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  • Two-headed Dog

In 1959, Soviet scientist Vladimir Demikhov managed to create the impossible. He created a living, breathing two-headed dog. He took two dogs from the local pound and basically stitched the smaller dog to the larger, connecting their blood vessels to ensure that oxygen and nutrients made it to the smaller dog’s body. Amazingly, despite the abomination he created, the two-headed beast did live for four days after surgery. And while the experiment was undoubtedly cruel and more than a little unethical, Demikhov’s work paved way for the first successful heart and lung transplants. Without his butchered canines, medical progress might not have been made quite so quickly.


  • Project Mercury and Volcano

From 1987 to 1992, the Russian military detonated nuclear weapons underground, with the goal of disturbing tectonic plates and electromagnetic fields as a weapon, in Project Mercury and Project Volcano.

These scientific experiments sound like the basis for a bad James Bond movie, but four experimental attempts actually happened until the 1978 Convention on the Prohibition of Military or Any Other Hostile Use of Environmental Modification Techniques banning experiments of this nature. Extended disruption of tectonic plates could cause a series of severe earthquakes and destabilize electromagnetic fields, leading to a number of theoretical and unforeseen issues.


  • Stabbing his own heart

Werner Theodor Otto Forssmann, a German surgical trainee in 1929, is famous for a scientific experiment he performed on himself. Without any direction, he put himself under local anesthesia, incised a hole in his arm and pushed a catheter all the way up his limb and shoved it into his heart. He performed the procedure with two feet of cable, after which he walked to the X-ray room. He was fired after this stunt but was awarded the 1956 Nobel Prize for Medicine for developing a procedure that allowed for cardiac catheterization.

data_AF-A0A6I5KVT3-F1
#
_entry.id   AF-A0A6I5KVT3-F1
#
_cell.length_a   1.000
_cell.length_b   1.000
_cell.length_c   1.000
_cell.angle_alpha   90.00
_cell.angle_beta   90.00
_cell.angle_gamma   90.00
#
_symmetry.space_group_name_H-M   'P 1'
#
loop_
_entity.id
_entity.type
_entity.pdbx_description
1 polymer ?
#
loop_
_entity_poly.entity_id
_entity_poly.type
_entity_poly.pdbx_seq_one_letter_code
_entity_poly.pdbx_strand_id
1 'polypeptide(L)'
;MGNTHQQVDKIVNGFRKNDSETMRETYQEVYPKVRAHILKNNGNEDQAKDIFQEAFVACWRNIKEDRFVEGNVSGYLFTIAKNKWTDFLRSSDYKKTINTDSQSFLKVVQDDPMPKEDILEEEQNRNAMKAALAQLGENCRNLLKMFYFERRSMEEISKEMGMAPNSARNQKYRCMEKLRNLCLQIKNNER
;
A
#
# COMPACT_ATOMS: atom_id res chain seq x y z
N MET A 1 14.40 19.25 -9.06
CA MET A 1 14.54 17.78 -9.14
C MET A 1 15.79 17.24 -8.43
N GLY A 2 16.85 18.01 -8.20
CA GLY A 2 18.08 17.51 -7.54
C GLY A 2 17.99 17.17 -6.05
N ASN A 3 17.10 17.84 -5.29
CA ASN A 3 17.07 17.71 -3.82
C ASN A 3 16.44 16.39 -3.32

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  • How far penguins project their poop

Victor Benno Meyer-Rochow and Jozsef Gal, German and Hungarian researchers, respectively, went on an Antarctic expedition to determine how far penguins project their feces. The two researchers went to Antarctica to observe penguins with the sole mission of measuring just how apt the term “poop shoot” is vis-a-vis penguin defecation. A 60-cm-tall penguin can launch its feces 40 cm. Penguins do this in order to keep it away from their nests.


  • Stanford Prison Experiment

Despite the name, the famous Stanford Prison Experiment did not take place in a conventional jail. It was instead a fake jail, one which had been set up by researchers to investigate the psychological effects of being a prisoner or prison guard under controlled circumstances. However, this experiment soon got dangerously out of control, with those who had been assigned to act as guards taking their role way too seriously, imposing physical punishments on the prisoners and withholding essentials such as food and water. The prisoners responded by rebelling against authority and even concocting an escape plan.


  • Elephant on acid

A study on elephant’s behavior resulted in the most outrageous scientific experiments when Warren Thomas injected an elephant named Truko, with 297 milligrams of LSD. This is 3,000 times more than what a regular human user would take. The experiment, done at the Lincoln Park Zoo in Oklahoma City in 1962, was made to determine whether it would trigger temporary madness in elephants called ‘musth,’ where male elephants become overly aggressive. An hour later, however, Truko was dead.

Sandeep Debnath

Written by Sandeep Debnath

The future belongs to the curious. The ones who are not afraid to try it, explore it, question it and turn it inside out. Being a blogger, I started sharing my knowledge and interests here on BlogPoke.